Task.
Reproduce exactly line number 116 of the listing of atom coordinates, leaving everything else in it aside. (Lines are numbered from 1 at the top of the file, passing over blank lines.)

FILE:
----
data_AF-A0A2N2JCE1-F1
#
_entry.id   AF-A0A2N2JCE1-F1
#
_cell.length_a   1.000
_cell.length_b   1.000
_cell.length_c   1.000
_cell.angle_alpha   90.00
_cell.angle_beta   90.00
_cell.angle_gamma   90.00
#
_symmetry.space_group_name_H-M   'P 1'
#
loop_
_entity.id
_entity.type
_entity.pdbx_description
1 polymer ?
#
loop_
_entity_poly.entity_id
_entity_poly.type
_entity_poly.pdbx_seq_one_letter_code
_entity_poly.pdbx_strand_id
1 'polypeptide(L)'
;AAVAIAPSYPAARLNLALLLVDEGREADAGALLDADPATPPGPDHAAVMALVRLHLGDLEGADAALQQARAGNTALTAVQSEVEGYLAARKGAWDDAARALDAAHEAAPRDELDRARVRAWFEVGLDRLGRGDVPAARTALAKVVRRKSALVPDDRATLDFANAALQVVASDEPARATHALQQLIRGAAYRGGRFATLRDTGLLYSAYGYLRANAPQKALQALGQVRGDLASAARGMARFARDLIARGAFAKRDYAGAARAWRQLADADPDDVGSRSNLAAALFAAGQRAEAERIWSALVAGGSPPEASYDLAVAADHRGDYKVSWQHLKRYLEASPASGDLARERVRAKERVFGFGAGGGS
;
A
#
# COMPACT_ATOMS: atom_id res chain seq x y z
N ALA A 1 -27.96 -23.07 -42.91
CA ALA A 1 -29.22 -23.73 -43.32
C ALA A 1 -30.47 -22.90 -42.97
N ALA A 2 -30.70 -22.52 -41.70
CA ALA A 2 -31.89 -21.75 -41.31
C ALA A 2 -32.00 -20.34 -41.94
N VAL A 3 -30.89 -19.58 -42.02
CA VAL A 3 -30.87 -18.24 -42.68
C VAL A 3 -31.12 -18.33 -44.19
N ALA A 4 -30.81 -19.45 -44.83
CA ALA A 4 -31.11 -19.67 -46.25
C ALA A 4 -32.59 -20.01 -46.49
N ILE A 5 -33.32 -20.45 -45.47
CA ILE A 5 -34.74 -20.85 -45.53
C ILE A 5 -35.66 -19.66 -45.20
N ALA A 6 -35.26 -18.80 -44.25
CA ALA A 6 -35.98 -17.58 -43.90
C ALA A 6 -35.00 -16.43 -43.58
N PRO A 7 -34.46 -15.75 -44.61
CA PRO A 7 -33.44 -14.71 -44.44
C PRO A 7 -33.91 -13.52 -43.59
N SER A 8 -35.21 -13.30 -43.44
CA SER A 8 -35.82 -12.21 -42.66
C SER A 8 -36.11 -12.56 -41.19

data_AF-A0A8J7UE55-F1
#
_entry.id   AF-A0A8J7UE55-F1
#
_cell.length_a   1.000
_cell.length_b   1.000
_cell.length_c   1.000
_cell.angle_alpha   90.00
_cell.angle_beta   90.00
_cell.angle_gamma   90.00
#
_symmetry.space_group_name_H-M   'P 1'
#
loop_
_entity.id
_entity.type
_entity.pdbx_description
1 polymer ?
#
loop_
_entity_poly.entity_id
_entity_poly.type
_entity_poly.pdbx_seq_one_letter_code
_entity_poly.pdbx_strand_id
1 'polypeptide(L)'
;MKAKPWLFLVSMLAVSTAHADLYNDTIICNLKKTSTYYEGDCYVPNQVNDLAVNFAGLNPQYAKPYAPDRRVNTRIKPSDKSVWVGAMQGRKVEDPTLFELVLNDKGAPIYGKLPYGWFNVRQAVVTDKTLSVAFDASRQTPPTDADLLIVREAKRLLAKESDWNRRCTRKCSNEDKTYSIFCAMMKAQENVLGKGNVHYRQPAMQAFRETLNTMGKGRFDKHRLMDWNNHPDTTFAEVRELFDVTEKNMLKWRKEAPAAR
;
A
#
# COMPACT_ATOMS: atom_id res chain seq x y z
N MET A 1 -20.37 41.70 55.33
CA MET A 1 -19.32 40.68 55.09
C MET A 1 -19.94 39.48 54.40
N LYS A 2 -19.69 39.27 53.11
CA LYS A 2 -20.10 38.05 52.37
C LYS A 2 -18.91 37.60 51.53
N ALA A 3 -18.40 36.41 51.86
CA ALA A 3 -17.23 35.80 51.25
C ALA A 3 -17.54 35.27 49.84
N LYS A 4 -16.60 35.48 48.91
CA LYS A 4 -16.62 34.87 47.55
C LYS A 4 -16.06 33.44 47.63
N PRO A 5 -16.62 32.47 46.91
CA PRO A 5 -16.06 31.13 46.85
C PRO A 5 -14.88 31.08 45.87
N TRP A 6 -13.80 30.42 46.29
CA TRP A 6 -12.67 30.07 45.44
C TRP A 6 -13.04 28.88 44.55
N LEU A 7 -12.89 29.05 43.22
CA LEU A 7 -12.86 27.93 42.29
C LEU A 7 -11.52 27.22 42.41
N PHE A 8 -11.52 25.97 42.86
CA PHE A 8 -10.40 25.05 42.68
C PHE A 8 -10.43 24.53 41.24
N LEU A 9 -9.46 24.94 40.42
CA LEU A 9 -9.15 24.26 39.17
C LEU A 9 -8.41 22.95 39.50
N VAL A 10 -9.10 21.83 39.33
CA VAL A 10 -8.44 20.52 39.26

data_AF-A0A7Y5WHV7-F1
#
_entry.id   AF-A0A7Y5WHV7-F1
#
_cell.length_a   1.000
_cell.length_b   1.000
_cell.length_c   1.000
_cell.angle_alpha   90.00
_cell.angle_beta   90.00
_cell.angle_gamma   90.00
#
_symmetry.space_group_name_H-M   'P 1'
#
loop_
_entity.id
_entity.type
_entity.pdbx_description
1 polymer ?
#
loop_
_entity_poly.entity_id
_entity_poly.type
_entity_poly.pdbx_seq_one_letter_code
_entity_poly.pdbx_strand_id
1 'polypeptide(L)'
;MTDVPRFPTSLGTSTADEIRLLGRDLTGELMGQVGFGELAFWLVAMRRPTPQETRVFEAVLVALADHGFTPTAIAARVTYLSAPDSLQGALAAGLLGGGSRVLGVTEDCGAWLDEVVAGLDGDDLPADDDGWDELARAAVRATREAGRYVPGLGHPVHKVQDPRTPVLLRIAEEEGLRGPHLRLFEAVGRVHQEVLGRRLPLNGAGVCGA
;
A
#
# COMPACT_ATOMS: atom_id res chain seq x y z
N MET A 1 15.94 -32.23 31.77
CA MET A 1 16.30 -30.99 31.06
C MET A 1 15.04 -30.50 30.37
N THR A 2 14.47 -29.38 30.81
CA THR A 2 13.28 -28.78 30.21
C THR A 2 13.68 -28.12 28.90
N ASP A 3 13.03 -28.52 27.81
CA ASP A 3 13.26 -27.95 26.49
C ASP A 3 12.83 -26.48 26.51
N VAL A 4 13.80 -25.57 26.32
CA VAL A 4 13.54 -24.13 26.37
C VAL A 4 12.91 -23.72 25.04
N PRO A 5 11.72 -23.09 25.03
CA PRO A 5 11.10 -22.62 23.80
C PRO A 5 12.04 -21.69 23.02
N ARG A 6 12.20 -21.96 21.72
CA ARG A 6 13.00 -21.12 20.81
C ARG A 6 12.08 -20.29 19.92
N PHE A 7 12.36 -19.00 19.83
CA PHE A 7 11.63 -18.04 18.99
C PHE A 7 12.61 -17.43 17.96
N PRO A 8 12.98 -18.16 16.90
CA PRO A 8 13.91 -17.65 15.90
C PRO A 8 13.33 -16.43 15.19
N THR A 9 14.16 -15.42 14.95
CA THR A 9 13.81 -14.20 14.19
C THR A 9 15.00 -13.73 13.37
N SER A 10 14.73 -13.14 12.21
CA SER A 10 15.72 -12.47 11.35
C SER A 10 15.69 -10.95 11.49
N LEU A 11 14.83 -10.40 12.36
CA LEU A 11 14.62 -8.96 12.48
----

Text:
_entry.id   AF-A0A7Y5WHV7-F1